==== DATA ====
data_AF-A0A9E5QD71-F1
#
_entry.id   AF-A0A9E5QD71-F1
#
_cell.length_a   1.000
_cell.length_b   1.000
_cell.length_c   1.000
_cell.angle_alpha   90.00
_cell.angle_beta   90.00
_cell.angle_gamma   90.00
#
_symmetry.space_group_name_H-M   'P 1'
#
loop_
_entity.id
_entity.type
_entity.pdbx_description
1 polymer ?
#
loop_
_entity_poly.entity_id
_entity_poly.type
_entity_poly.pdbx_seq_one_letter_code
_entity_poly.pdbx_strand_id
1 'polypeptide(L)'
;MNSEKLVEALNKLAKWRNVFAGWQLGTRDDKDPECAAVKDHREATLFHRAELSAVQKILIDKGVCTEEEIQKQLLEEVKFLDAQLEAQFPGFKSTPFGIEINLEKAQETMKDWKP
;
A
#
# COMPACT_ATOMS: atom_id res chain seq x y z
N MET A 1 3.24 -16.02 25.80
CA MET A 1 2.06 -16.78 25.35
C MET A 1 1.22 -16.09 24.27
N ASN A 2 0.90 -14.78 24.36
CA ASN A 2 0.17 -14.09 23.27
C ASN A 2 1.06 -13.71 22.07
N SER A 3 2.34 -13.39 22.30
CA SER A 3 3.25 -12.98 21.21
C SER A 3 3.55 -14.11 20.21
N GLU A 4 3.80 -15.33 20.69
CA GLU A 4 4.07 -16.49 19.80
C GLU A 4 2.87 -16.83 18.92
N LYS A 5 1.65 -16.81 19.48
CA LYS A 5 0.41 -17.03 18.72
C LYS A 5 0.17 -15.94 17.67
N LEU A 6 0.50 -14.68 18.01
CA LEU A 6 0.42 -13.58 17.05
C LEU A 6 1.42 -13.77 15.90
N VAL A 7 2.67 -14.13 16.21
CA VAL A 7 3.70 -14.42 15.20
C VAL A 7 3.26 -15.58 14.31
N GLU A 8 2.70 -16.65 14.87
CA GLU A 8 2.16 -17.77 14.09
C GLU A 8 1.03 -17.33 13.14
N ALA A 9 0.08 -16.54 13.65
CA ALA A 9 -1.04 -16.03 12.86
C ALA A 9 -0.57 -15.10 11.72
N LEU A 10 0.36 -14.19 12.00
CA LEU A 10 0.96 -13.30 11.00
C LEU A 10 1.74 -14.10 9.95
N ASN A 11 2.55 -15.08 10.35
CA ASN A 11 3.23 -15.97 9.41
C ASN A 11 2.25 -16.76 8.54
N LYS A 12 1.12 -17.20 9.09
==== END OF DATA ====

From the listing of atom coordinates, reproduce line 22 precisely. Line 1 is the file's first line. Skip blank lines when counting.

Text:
_entity_poly.type